You all have time to read books?

NotQuiteCockney · 01/02/2007 12:21

purplemonkeydishwasher, I would kill my DH if he did that. Every so often, I'll be reading a magazine or something, and put it down, while wrangling a child. He will then pick up my magazine and start reading it! I swear one of these times I will just turn into the Incredible Hulk when he does this, and start breaking things.

And yeah, BottomlyPotts, that's reasonably similar, and also annoying. DH does generally remember what I've recommended. He'd do what yours does, but as a joke, on purpose. Which is maybe better?

OP posts:
Marina · 01/02/2007 12:28

Sigh, this all sounds familiar NQC. We have nearly ripped each others' throats out over copies of Word or Private Eye.
Books and reading are an area of our relationship that has been essential in keeping us together and talking through some difficult times.
But I do find dh's keenness to keep quoting chunks of the wildly overrated Tim Moore at me, while sniggering, very wearing
He on the other hand thinks the mighty Helen Simpson is a castrating vengeful witch and refuses to love Jonathan Coe as much as I do.
And I also hate it when, having introduced him to some of my favourite writers, eg Julian Barnes and William Boyd, he starts off on one of his "let me deconstruct this for you Cambridge stylee you redbrick gonk" riffs...

Clarinet60 · 01/02/2007 12:33


foxinsocks · 01/02/2007 12:40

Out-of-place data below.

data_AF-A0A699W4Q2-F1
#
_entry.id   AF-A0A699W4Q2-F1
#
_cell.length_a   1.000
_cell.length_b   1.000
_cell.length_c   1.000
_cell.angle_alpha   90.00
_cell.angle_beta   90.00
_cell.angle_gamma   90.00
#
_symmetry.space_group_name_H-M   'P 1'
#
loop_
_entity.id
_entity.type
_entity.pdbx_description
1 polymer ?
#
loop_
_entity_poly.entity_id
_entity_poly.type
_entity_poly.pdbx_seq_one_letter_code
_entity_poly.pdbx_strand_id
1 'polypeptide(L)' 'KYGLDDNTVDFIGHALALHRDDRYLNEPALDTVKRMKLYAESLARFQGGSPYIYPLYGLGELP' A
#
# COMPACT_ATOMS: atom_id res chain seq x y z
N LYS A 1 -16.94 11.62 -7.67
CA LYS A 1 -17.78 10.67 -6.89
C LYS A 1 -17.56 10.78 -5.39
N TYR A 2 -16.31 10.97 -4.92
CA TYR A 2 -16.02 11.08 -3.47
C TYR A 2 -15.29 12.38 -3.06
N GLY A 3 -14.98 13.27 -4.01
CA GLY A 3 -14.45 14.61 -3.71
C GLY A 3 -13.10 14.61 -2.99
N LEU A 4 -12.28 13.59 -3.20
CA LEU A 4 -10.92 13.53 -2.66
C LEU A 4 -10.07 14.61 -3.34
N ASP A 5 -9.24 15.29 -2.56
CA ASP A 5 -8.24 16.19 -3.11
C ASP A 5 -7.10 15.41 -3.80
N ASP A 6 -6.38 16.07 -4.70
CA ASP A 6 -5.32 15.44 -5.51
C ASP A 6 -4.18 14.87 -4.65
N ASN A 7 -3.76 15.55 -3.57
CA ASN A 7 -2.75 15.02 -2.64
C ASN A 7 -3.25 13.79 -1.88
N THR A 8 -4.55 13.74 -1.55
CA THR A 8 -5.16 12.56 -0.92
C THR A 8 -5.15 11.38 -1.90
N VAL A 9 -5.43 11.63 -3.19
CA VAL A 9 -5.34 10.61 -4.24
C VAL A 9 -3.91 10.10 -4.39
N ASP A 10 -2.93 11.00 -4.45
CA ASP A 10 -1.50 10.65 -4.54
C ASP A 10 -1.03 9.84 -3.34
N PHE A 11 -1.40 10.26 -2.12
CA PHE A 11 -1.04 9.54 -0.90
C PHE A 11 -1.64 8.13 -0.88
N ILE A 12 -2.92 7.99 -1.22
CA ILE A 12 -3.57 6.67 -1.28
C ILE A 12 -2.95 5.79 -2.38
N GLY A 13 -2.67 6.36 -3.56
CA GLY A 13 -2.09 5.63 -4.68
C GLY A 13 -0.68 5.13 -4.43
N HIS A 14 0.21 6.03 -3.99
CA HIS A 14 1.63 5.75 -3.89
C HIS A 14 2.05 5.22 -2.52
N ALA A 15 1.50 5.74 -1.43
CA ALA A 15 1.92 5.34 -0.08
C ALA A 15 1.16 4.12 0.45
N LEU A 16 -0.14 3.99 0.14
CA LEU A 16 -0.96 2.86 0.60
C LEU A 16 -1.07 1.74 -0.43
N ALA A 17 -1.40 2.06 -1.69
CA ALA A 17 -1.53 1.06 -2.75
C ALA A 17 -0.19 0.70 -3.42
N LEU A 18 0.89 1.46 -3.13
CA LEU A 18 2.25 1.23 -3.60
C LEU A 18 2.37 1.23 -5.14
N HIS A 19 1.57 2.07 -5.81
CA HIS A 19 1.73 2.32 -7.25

oooh I agree, this is very annoying. I know dh looks down his nose at the vast amount of crime fiction I read (in fact, I'm reading a Carl Hiaasen - Skinny Dip for the first time at the moment).

I tried to get him to read a Henning Mankell novel about a cult because some high-powered person he worked with had raised it in a conversation and he had mentioned that I had read it and really enjoyed it. He STILL hasn't read it (despite the fact the he devours books) and I have a feeling he just won't read it gggrrrr even though I know he would enjoy it.

Dh and I go a bit mad without books to read. What annoys him more though, is that I have more time to read than him so if we are both reading a Jonathan Coe, we have to get 2 copies because we fight constantly about who has got further in the book.

Elasticwoman · 01/02/2007 22:33

Marina you've just set me thinking - who was it that let Helen Simpson into our household - and I'm beginning to suspect dh. It's the same with Su Doku - he started it and now I'm addicted.